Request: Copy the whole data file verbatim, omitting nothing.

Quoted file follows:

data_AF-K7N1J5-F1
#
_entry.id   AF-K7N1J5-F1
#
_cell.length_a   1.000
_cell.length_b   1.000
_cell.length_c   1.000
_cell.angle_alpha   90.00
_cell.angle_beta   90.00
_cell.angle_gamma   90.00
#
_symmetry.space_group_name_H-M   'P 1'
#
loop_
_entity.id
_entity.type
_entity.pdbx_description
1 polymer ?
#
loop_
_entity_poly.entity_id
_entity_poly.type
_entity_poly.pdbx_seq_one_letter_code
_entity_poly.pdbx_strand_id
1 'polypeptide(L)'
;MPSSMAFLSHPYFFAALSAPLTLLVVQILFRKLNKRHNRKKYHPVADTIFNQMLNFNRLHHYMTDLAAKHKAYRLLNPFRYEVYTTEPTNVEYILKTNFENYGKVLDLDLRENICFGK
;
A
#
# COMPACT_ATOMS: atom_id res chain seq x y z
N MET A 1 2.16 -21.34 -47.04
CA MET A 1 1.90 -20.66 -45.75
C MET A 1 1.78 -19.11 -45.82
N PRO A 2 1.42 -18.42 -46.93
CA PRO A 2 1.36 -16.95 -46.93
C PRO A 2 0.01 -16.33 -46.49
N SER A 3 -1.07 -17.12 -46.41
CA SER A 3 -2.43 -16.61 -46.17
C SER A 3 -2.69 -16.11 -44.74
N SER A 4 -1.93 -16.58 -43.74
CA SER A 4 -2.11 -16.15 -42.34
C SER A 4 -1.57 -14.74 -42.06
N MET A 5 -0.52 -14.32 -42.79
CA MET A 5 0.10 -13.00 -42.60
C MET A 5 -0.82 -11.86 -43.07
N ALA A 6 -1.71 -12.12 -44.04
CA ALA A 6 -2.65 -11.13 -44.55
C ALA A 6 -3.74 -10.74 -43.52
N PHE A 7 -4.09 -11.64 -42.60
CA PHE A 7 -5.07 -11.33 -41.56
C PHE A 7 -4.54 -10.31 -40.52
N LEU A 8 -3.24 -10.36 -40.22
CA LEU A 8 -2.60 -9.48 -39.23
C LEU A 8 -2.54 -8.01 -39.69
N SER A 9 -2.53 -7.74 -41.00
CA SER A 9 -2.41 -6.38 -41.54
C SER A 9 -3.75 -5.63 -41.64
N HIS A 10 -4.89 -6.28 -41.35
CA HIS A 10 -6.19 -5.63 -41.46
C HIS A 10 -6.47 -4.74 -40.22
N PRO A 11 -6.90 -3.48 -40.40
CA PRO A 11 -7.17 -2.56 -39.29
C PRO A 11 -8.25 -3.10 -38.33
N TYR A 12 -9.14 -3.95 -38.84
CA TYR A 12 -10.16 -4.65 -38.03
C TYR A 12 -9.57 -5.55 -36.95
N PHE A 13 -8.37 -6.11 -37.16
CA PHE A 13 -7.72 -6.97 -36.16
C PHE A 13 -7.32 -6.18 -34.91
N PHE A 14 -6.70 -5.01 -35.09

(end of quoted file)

data_AF-K7N1J5-F1
#
_entry.id   AF-K7N1J5-F1
#
_cell.length_a   1.000
_cell.length_b   1.000
_cell.length_c   1.000
_cell.angle_alpha   90.00
_cell.angle_beta   90.00
_cell.angle_gamma   90.00
#
_symmetry.space_group_name_H-M   'P 1'
#
loop_
_entity.id
_entity.type
_entity.pdbx_description
1 polymer ?
#
loop_
_entity_poly.entity_id
_entity_poly.type
_entity_poly.pdbx_seq_one_letter_code
_entity_poly.pdbx_strand_id
1 'polypeptide(L)'
;MPSSMAFLSHPYFFAALSAPLTLLVVQILFRKLNKRHNRKKYHPVADTIFNQMLNFNRLHHYMTDLAAKHKAYRLLNPFRYEVYTTEPTNVEYILKTNFENYGKVLDLDLRENICFGK
;
A
#
# COMPACT_ATOMS: atom_id res chain seq x y z
N MET A 1 2.16 -21.34 -47.04
CA MET A 1 1.90 -20.66 -45.75
C MET A 1 1.78 -19.11 -45.82
N PRO A 2 1.42 -18.42 -46.93
CA PRO A 2 1.36 -16.95 -46.93
C PRO A 2 0.01 -16.33 -46.49
N SER A 3 -1.07 -17.12 -46.41
CA SER A 3 -2.43 -16.61 -46.17
C SER A 3 -2.69 -16.11 -44.74
N SER A 4 -1.93 -16.58 -43.74
CA SER A 4 -2.11 -16.15 -42.34
C SER A 4 -1.57 -14.74 -42.06
N MET A 5 -0.52 -14.32 -42.79
CA MET A 5 0.10 -13.00 -42.60
C MET A 5 -0.82 -11.86 -43.07
N ALA A 6 -1.71 -12.12 -44.04
CA ALA A 6 -2.65 -11.13 -44.55
C ALA A 6 -3.74 -10.74 -43.52
N PHE A 7 -4.09 -11.64 -42.60
CA PHE A 7 -5.07 -11.33 -41.56
C PHE A 7 -4.54 -10.31 -40.52
N LEU A 8 -3.24 -10.36 -40.22
CA LEU A 8 -2.60 -9.48 -39.23
C LEU A 8 -2.54 -8.01 -39.69
N SER A 9 -2.53 -7.74 -41.00
CA SER A 9 -2.41 -6.38 -41.54
C SER A 9 -3.75 -5.63 -41.64
N HIS A 10 -4.89 -6.28 -41.35
CA HIS A 10 -6.19 -5.63 -41.46
C HIS A 10 -6.47 -4.74 -40.22
N PRO A 11 -6.90 -3.48 -40.40
CA PRO A 11 -7.17 -2.56 -39.29
C PRO A 11 -8.25 -3.10 -38.33
N TYR A 12 -9.14 -3.95 -38.84
CA TYR A 12 -10.16 -4.65 -38.03
C TYR A 12 -9.57 -5.55 -36.95
N PHE A 13 -8.37 -6.11 -37.16
CA PHE A 13 -7.72 -6.97 -36.16
C PHE A 13 -7.32 -6.18 -34.91
N PHE A 14 -6.70 -5.01 -35.09